When I was in grade nine, I adored Mrs. Cohen. Something about the way she moved, with purpose, and how she dressed, with flair, made me want to be her. Although she was not a beauty, her pressed blouses, her beautiful jewelry, and her matching lipstick all oozed elegance. And in this respect Mrs. Cohen stood out. Of all the teachers I had as a student, she was the only one who dressed really beautifully. She was the only one to enter the classroom and announce, through the clothes she wore, “Pay attention! I am here! This is important!”
The pride Mrs. Cohen took in her appearance communicated to me that she cared about her job. Whether or not she took pride in being a teacher is uncertain, but it certainly made that impression on me. Even as a student, I intuitively knew that the way one dresses expresses not only how one feels about oneself, but also how one feels about one’s work.
Strangely, this idea—that the way one dresses says a lot about one’s self-esteem and pride in one’s profession—has proven to be controversial in teaching circles. Over the years in conversation with other teachers about professional dress, many teachers object to the idea of dressing just as an accountant, lawyer, doctor, or business person might dress to work. For these teachers, a professional dress code is stifling, creativity-restricting, uncomfortable, too hard.
I think as teachers we need to have a conversation about these teachers’ reasons for dressing casually, and I hope to start that conversation here by sharing why I dress professionally every day to work.
When I dress professionally, I enhance my teacher credibility and my students’ learning.
John Hattie, in his now-famous meta-analysis of teaching practices, put in his top five practices for skyrocketing student learning teacher credibility. A teacher is credible when he or she establishes his or her trustworthiness, competence, and dynamism (Dave Stuart Jr. discuses teacher credibility in depth here). While “professional dress” is not listed as the three traits of teacher credibility, like most people, students will judge our competence in part by how we dress.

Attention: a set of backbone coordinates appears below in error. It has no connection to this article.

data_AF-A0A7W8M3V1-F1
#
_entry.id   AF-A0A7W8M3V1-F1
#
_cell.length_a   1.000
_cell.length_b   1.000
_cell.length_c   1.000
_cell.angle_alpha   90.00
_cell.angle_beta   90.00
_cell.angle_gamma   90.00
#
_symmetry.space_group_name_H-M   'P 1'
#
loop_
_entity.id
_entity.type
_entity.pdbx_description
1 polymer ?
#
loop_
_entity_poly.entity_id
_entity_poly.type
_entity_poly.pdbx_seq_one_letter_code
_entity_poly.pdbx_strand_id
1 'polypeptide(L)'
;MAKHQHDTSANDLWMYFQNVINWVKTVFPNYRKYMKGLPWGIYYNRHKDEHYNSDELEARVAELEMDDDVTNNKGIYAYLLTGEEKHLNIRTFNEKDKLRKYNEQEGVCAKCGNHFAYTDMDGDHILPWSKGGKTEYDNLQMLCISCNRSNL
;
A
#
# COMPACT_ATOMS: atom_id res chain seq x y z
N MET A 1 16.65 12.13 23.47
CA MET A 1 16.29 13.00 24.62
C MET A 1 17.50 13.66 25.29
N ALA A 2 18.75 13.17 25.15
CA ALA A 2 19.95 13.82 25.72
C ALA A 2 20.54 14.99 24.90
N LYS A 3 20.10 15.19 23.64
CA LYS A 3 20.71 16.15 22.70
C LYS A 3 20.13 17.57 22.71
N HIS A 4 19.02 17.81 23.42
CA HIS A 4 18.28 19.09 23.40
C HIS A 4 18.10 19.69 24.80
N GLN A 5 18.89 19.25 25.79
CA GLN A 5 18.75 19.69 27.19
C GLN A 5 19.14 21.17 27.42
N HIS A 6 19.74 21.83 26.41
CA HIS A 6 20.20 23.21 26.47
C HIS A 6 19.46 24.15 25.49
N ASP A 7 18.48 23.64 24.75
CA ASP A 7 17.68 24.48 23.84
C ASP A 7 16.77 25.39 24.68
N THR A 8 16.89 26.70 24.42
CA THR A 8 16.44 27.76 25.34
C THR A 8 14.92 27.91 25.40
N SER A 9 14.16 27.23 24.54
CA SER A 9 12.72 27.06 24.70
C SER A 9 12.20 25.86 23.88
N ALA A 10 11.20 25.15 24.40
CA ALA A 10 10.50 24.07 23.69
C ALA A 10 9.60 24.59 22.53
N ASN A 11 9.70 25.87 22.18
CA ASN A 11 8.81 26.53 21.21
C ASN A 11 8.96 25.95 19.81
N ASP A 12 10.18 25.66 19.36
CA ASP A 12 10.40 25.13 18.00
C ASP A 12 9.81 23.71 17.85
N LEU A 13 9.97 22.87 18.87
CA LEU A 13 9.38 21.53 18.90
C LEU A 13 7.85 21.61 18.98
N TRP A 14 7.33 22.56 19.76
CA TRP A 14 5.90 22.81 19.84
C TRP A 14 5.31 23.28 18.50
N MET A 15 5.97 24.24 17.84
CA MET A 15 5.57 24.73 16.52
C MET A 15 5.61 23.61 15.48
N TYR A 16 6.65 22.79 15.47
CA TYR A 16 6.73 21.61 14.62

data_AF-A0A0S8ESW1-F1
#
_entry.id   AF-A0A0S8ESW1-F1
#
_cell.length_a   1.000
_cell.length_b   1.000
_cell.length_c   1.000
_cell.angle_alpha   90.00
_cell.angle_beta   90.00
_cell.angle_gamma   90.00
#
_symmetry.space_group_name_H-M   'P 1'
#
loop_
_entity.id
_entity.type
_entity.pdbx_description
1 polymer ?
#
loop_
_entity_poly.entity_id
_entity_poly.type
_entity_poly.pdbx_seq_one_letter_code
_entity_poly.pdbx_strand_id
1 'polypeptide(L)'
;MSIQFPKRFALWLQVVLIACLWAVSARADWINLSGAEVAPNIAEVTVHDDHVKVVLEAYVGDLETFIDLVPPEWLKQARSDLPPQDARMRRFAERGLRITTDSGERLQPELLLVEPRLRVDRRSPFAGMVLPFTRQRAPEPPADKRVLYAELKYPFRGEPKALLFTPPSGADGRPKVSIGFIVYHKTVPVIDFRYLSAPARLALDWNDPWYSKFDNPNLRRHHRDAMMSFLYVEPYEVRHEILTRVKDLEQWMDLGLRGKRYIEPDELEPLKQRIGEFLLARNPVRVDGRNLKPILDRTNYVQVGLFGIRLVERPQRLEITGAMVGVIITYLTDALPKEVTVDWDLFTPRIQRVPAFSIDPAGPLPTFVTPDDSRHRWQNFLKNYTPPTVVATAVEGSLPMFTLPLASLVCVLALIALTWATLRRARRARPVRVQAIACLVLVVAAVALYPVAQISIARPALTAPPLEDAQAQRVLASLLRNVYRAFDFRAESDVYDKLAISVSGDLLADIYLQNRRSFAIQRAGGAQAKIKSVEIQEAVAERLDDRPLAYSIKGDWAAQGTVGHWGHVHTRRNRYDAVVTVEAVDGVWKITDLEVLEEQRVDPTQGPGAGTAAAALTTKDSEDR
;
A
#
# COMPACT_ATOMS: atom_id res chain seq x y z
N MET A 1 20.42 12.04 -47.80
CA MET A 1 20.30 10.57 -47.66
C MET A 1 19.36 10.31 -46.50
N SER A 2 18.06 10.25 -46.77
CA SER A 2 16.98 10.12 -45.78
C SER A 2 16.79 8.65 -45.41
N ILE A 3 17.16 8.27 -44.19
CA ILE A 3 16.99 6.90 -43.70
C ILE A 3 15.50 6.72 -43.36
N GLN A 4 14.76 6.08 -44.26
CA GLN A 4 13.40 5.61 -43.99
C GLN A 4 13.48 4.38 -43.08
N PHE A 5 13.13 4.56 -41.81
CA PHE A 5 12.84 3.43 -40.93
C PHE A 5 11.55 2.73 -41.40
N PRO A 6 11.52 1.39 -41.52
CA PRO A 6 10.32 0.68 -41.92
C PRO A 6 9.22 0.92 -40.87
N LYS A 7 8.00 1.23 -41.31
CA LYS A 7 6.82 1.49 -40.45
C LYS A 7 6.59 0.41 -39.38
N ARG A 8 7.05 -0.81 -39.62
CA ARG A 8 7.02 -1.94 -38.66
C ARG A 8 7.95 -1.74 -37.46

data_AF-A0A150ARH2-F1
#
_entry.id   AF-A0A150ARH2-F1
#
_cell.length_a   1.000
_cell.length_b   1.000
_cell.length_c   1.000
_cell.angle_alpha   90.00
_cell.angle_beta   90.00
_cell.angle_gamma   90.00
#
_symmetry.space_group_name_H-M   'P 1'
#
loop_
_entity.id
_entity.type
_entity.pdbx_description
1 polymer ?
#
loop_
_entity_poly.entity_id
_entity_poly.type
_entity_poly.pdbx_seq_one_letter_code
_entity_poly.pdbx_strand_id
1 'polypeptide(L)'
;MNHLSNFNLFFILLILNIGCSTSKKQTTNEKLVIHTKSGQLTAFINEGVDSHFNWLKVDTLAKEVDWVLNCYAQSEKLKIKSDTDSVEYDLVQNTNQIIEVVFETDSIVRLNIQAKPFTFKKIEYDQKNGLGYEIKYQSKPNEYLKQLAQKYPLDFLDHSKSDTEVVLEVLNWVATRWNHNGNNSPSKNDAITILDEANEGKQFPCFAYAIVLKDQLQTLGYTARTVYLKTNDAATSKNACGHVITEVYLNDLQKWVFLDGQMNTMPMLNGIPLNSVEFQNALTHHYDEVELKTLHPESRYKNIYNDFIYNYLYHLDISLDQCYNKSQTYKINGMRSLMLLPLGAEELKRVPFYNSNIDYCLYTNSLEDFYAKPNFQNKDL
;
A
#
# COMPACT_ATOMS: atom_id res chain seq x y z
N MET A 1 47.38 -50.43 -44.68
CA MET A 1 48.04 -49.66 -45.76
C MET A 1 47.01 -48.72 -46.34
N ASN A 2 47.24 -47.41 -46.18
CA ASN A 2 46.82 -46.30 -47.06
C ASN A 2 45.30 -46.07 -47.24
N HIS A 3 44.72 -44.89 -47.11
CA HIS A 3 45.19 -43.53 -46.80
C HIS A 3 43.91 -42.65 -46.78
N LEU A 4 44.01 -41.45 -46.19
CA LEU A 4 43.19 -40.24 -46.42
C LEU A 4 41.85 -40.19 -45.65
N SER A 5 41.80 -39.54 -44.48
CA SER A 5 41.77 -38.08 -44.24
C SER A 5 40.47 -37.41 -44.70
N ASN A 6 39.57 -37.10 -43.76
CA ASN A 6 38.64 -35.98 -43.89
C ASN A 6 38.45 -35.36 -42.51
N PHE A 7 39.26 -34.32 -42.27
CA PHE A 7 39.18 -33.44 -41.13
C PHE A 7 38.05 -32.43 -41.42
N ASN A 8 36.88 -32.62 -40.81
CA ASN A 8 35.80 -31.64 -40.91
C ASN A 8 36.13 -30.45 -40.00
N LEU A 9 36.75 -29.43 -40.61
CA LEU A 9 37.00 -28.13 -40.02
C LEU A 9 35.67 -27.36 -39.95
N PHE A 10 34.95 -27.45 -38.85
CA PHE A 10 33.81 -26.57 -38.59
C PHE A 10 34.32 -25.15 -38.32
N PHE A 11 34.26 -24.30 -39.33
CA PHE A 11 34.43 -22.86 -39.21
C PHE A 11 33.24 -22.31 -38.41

The fact that we judge a book by its cover, or a person’s competency by his or her appearance is no secret, but a credo of business people, salespeople, and professionals around the globe. A whole industry of fashion consultants and image advisors rise up to the occasion to guide people in the finer details of suit fabrics, tie patterns, and makeup. The fact that these professionals exist, and that professionals in a variety of fields seem to be using their services, or at least Googling “how to dress professionally to work” tells us that professional dress is seen by most people as important in developing credibility.
So when we greet our students at the classroom door, we might ask ourselves: Is the way I am dressed today a reflection of my credibility?
While some teachers, dressed in yoga pants and t-shirts—for comfort and fluidity of movement, they might argue—are comfortable, and themselves, they do not appear especially competent or credible. Intelligent and insightful as they may be, the impression they make is one of apathy and carelessness. We are not so enlightened, as a society, that we look at a person and see his or her character. We see what he or she wears. And we make a judgement based off of that.
Until we as a human race develop psychic ability to look beyond appearances and see people for who they are at the core, we might as well “do as the Romans do” and dress up. Our students deserve a competent teacher—both in fact and in appearance.